CONTEXT: Several heterozygous loss-of-function mutations in the calcium-sensing receptor gene (CASR) leading to elevated ionized serum calcium and familial hypocalciuric hypercalcemia 1 (FHH1) have been characterized. Few mutations are not pathogenic, and previous studies suggested that the Q459R mutation does not result in an FHH1 phenotype.
OBJECTIVE: We identified a family with a heterozygous CASR Q459R mutation and characterized their calcium homeostasis and the pathophysiological mechanisms of a homozygous and heterozygous Q459R mutation in vitro.
DESIGN: The index patient and her family had clinical, biochemical, and genetic analyses performed. In vitro functional characterization of homozygous and heterozygous (Q459R) mutations was conducted by determining CaSR cell-surface expression and inositol monophosphate (IP1) signaling in transiently transfected human embryonic kidney 293A (HEK293A) cells.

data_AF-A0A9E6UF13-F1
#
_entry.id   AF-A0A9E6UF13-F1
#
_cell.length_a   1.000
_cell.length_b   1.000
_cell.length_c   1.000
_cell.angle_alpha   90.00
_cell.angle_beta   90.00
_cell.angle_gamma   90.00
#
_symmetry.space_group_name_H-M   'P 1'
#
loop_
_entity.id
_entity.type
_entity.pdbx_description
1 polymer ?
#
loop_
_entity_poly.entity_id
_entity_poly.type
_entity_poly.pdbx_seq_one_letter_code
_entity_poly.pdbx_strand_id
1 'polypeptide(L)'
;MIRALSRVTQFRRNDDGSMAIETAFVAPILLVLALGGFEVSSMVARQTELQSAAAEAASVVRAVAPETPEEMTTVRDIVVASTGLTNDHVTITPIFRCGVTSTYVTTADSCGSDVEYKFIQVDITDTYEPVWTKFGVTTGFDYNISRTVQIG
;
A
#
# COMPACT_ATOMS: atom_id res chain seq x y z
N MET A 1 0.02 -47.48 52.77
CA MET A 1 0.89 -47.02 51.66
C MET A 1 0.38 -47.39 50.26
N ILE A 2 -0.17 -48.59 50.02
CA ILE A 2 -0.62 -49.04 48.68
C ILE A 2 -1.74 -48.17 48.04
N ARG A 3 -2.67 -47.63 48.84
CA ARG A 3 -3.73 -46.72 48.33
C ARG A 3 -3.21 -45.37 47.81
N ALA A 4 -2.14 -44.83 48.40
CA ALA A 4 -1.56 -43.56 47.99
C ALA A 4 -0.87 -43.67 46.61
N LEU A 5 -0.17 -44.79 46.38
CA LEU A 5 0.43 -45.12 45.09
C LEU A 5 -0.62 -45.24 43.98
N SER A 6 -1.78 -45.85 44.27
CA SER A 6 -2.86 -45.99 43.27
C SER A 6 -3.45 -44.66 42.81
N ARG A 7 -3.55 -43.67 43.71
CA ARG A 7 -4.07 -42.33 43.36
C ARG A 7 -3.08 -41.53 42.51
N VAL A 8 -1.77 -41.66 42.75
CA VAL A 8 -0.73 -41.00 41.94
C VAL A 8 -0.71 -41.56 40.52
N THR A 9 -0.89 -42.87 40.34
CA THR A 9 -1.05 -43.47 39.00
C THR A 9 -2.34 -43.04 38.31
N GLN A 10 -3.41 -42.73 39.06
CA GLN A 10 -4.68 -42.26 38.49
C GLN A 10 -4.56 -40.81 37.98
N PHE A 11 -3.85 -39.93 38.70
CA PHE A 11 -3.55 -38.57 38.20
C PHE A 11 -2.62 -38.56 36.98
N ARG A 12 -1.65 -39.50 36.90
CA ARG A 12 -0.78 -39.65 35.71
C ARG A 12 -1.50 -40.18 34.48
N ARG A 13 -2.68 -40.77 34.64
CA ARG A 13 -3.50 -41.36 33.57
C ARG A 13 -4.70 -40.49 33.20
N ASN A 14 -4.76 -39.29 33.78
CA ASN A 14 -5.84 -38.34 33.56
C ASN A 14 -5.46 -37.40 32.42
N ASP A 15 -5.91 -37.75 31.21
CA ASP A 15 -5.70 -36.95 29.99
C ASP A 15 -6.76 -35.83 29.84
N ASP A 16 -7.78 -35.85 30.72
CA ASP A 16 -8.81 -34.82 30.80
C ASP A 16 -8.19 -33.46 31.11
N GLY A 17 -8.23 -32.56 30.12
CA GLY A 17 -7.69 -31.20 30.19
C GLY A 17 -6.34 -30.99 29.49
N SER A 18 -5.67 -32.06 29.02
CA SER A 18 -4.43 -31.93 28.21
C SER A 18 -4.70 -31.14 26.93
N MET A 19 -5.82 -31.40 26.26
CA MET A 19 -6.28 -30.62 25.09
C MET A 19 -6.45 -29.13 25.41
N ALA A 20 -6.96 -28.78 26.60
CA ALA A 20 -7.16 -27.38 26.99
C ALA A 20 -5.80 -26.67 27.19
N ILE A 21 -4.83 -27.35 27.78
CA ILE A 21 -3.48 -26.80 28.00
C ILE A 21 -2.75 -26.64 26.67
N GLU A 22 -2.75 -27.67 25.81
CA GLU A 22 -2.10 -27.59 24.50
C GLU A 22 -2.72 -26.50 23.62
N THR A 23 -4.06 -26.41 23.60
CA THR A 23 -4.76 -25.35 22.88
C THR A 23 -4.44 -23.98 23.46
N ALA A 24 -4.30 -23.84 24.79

RESULTS: All 3 heterozygous carriers had mild asymptomatic hypercalcemia, hypocalciuria, and 2 had elevated serum parathyroid hormone (PTH). In vitro characterization in HEK293A cells revealed that CASR Q459R is a loss-of-function mutation with no impact on cell-surface expression. Cells with the homozygous Q459R genotype had significantly reduced calcium potency of IP1 signaling compared to wild type, whereas the heterozygous Q459R also had lower calcium potency albeit not significantly different from wild type.
CONCLUSION: A loss-of-function Q459R mutation in CASR in a family caused FHH1 characterized by elevated ionized calcium and PTH and low calcium excretion. The marked presence of CaSR at the membrane and inhibition of IP1 signaling in vitro suggest that calcimimetics may be functional in patients with this mutation, which seems to be a mild loss-of-function mutation associated with autosomal dominant transmission of FHH1.
|Tidsskrift||The Journal of clinical endocrinology and metabolism|
|Status||Udgivet - 1 apr. 2020|